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What is flash memory and how does it work? Everything you need to know
Virtually all modern devices rely on flash memory — an electronic data storage technology that can preserve information for long periods of time. Your smartphone, for instance, uses some form of flash memory for storage, and it’s likely that most laptops and computers around you utilize it as well. However, not all flash memory is created equal — some implementations are far superior to others. So in this article, let’s break down the technology, how it works, and the various terms you may have heard associated with the technology.
What is flash memory and why is it so popular?
Flash memory is a type of non-volatile storage. The non-volatile bit means that data is retained even when the device completely loses power. That’s in stark contrast to RAM, a type of volatile memory that loses all of its data when powered down or reset. Flash memory’s ability to store data without a power source, along with other benefits we’ll discuss, makes it ideal for use as a storage medium, and it’s only growing in popularity.
Hard disks were once the dominant storage medium for electronic devices. The first-generation iPod, for instance, used a 5GB hard drive from Toshiba. Similarly, most laptops and desktop computers until the early 2010s had hard disks as their primary storage device. But much of the consumer electronics industry has now dropped hard disks in favor of flash memory, especially in applications like gaming that require a fast storage medium.
Flash memory offers numerous advantages over hard drives, including speed, durability, and size.
Hard drives have numerous disadvantages. For one, their spinning platters make them largely mechanical devices. In other words, they have several failure-prone moving parts. Secondly, they’re not very fast, since a magnetic needle has to physically reach specific parts of a spinning platter to read and write data.
Flash memory, on the other hand, is entirely electronic. Data is still stored digitally, in the form of 1s and 0s. Instead of using magnetism like in hard drives, however, flash uses so-called memory cells built from transistor gates. The absence of moving parts affords flash memory-based storage devices several benefits. They often have longer lifespans, occupy less space, and operate significantly faster than hard drives. Of course, the technology has a few drawbacks, but besides cost, most don’t really affect the typical user.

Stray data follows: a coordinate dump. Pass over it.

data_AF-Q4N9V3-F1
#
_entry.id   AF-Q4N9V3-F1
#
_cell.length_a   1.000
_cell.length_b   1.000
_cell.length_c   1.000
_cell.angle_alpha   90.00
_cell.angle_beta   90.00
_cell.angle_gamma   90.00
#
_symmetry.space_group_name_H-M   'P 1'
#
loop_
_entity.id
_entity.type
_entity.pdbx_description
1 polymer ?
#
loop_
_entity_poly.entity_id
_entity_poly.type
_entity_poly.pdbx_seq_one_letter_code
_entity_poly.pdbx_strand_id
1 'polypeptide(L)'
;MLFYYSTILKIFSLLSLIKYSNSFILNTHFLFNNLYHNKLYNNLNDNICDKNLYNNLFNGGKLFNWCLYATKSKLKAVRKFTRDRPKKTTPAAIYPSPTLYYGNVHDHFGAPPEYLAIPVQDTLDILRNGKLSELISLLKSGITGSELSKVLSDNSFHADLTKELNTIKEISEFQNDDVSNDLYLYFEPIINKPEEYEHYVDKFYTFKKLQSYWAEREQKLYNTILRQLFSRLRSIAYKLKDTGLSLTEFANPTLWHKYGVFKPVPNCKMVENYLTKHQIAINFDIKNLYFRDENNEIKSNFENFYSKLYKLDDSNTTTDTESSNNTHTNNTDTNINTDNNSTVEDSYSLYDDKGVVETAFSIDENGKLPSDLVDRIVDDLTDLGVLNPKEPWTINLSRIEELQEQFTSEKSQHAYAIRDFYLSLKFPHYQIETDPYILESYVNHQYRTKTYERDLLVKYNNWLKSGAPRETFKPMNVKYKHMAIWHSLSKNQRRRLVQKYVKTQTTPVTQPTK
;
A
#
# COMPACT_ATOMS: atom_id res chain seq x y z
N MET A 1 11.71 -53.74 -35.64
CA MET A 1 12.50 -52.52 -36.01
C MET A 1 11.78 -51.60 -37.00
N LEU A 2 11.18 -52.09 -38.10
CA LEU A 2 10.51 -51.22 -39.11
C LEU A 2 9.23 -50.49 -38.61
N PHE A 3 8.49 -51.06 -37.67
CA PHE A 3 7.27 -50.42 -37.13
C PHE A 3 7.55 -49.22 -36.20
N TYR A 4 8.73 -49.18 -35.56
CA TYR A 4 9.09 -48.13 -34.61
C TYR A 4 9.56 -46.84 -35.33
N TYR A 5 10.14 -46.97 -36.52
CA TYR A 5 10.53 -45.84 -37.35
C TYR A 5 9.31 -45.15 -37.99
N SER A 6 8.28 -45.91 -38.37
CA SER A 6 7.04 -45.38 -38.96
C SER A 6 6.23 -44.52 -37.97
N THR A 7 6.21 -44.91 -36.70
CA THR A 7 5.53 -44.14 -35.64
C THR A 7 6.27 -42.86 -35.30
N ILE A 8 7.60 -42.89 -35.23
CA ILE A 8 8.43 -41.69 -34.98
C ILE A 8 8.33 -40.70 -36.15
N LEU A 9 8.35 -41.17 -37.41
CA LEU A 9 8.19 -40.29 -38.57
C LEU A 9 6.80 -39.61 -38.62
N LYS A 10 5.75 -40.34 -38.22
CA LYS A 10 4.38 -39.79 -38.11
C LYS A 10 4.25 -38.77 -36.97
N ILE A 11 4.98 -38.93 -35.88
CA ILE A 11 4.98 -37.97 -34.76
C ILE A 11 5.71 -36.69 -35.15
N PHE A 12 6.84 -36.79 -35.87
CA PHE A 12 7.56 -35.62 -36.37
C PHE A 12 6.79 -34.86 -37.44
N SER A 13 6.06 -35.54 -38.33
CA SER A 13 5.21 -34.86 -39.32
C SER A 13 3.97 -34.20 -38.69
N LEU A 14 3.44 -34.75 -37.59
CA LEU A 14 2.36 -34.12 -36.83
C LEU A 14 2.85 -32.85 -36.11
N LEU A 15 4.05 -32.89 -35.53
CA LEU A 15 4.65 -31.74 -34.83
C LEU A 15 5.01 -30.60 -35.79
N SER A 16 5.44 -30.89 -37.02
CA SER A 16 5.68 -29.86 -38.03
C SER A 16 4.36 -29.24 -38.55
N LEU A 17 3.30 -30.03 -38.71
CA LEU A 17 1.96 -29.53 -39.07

Read on: The best USB flash drives
Flash-related terms you should know
SATA: Introduced in the early 2000s, SATA refers to the communication interface between a computer’s motherboard and storage devices like hard disks. The latest most popular revision, SATA III, offers a maximum throughput of 600MB/s — far from the cutting-edge. The standard hasn’t seen any updates since 2009 but remains widely used today.
NVMe: NVMe or non-volatile memory express is a communication protocol for storage devices. Unlike SATA, NVMe was designed for higher throughput storage devices like SSDs. Since NVMe SSDs have a direct path to the CPU, they’re often significantly faster than SATA SSDs. NVMe can hit speeds of 3,500MB/s, 6x faster than SATA III.
PCIe: PCIe stands for peripheral component interconnect express and provides the communication backbone for NVMe devices. The performance of an NVMe drive may vary depending on the CPU’s PCIe capabilities. For example, a PCIe Gen 4 NVMe SSD may exhibit slower speeds in older computers with only Gen 3 capabilities. On the other hand, newer devices like the PlayStation 5 mandate PCIe Gen 4 NVMe SSDs above a certain speed threshold for a consistent user experience.
M.2: M.2 refers to a physical connector used for expansion cards. The slot is typically found on computer and laptop motherboards, but you may also see it on other devices like the PlayStation 5 (the green space pictured above). An M.2 connector can be electrically wired up to function in either SATA or PCIe mode. Laptops often use M.2 for high-bandwidth expansion cards like Wi-Fi cards and SSDs.
How is the technology related to SSDs, UFS, and eMMC?
Storage devices that utilize flash memory come in various shapes and sizes, depending on their intended use case. A computer’s primary boot drive, for example, needs to be faster and more durable than a thumb drive that you’ll only use to store media files. SSDs, eMMC chips, and SD cards all use flash memory, but exact implementations can vary.
Solid State Drives (SSDs) typically contain more than just flash memory — many also house a DRAM cache and memory controller. The former can speed up reads and writes, but budget drives tend not to include it. The controller, meanwhile, helps the system interface with the drive’s stored data. In some cases, it can also help increase the drive’s longevity through techniques such as wear leveling and error correction.